Ubiquity - realising that Tim O'Reilly's small pieces loosely joined upon the DNS, HTTP, HTML/JS/CSS platform needs some help. One Ring to Rule them all is where the network effect takes us - points of control are an emergence of this phenomenon, and we will realise the need to pull this stuff into a standard platform that has a completely different and dynamic governance model. The fabric of the web hasn't finished evolving yet.

Diversity - the realisation that this standard platform will deliver truly thriving diversity and competition - enabling the 'small pieces loosely joined' model. This platform is not the raw web we see today. We will realise that the only way to maintain healthy competition on the web in the face of the network effect is to consume points of control for the common good.

Incumbent business fighting the future - the old chestnut. Points of control being subsumed for the common good, to deliver real competition? Yep, they're gonna like that a lot. Not. The thing is, the future is coming so fast now that the thinking behind these old warhorses will no longer sustain new businesses. The lifecycle of a business will begin to shorten. Google has begun its boring incumbency, and Facebook isn't far away. It's easy to overtake a stationary target. It's already happening, and we'll start to realise it. Agile business models that embrace change will become the new black.

Process is data - the realisation that our obsession with data hasn't done a great job of including process. Gov 2.0 is flailing because inert data is an end, not a means - what about the processes behind that data? That's where government is.

Facebook loses lustre - People will realise Facebook is not so great, and see the benefits of a better model of the social graph. It will only be a whisper during the year, but will be surprising how quickly it becomes a roar. Facebook knows this, but can't change due to the inertia of incumbency and public expectation. Douglas Rushkoff covers it much better and from more angles. I agree with him.

Social reward - using achievements to drive people's behaviour in a social context will really gather steam. Social recognition and reward based feedback loops are the agents of change that the world needs.

Saturday, November 20, 2010


The current technological landscape is obsessed with data. Open data, data API's, walled gardens, data silos, data stores, the semantic web - the list is endless. Gov 2.0 is all about getting access to government data: the US has, the UK assigned Tim Berners-Lee to kick off, and similar efforts are underway elsewhere. Data, data, data. Indeed, Tim O'Reilly says the internet OS is a data OS. In reality, all operating systems are data operating systems, and the internet OS is no different.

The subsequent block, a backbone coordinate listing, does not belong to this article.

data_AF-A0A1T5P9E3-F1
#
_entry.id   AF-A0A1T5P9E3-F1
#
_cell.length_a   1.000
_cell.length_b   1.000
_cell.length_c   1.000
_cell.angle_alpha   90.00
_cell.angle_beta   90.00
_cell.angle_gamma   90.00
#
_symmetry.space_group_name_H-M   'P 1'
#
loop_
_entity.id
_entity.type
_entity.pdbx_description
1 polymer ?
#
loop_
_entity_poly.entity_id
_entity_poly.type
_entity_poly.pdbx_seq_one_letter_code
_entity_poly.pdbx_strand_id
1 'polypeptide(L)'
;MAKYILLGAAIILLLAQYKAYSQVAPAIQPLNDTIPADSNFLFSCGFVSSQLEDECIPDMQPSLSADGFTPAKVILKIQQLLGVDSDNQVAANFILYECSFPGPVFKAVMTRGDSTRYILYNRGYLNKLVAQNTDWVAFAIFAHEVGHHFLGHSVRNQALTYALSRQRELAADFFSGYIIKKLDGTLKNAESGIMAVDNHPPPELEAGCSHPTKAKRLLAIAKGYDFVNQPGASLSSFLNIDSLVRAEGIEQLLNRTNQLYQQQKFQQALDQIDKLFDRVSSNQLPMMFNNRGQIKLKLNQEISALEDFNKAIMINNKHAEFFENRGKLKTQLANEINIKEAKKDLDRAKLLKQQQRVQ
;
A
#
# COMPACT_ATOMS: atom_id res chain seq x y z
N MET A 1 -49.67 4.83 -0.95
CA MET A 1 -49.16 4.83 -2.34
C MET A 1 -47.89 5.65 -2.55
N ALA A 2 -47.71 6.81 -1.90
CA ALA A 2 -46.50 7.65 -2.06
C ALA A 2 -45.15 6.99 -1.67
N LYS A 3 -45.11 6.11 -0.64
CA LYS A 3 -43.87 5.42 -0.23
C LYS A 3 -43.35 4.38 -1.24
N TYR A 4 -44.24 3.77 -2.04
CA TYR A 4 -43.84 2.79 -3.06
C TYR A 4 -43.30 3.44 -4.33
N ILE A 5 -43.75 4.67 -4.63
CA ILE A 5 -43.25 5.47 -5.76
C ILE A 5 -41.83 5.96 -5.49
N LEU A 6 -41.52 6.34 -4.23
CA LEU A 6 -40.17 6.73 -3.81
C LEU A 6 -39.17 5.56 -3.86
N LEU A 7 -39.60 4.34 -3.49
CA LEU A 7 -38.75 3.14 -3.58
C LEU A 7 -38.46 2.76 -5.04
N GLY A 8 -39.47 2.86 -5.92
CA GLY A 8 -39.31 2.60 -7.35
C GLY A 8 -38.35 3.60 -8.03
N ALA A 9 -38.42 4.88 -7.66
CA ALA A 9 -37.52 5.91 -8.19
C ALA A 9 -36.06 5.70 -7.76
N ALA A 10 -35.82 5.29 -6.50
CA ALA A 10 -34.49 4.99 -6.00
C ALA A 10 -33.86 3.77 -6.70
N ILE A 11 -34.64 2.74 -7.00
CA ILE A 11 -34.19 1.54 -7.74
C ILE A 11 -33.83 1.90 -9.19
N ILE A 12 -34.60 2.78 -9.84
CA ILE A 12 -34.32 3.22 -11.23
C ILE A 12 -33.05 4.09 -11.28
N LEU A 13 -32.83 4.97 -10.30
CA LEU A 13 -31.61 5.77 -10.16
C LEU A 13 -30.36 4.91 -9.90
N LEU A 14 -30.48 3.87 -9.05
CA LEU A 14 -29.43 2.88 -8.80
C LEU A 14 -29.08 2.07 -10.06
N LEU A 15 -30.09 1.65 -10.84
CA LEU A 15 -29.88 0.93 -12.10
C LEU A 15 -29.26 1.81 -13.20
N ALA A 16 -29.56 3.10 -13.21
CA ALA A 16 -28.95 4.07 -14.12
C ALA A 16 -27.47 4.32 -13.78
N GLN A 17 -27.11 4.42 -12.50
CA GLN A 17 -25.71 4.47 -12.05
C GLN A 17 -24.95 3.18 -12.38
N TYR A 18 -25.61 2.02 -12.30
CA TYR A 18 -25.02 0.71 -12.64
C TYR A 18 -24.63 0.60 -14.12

Data or Process?
So what's wrong? Well, we seem to be confused: we seem to be separating data from the processes which operate on that data. Open data and open software are separate topics right now. Inert data as the next internet frontier is being heralded as a profound observation, and that's a mistake. Sometimes boiling things down so that they're simple and concise shows a superior grasp of both the subject matter and the communication medium. Sometimes it just means you've missed something important.

The processes which operate on data are data. If you look at the bits and bytes of your hard drive, it is impossible to distinguish between Photoshop the application and the Photoshop files. They're just data. Look at it another way - when a developer saves a code file, the code is data to the development environment. And the code for the development environment is data to whatever was used to develop it. Even more philosophically - which came first - data or process? A simple demonstration of how much easier this makes things: transparency in government - we don't just want census 'data' to be made available, we also want the process of census taking to be open. In fact, the latter has significantly greater implications for our ability to participate in the government machine.

From this perspective, the internet OS is just like any other - a magical structure that bootstraps itself from a singularity and delivers a universe of complexity and beauty. How we managed to use the term operating system and forget process is a mystery. We can observe the damage that is caused quite plainly - what would an OS that didn't appreciate process look like? All the applications would be completely different, they would each require separate logins, have different controls, non-standard interfaces, install differently, fail differently, report differently, vary significantly in quality, fail to integrate in most cases, or in ad-hoc manner in a few - we'd have silo's and lack of transparency, lack of trust, poor resource usage, lock-in... what a nightmare! Oh wait... that's the internet - an OS that's way too focussed on a concept of inert data. We are starting to see the open data discussion extend to things like - 'who should maintain this data?', 'how should this data be analysed?', 'what means were used to collect this data?' - Oops! Did we forget something? Time to apply our understanding of how an OS really works. Time to reboot with a new kernel version that better understands process.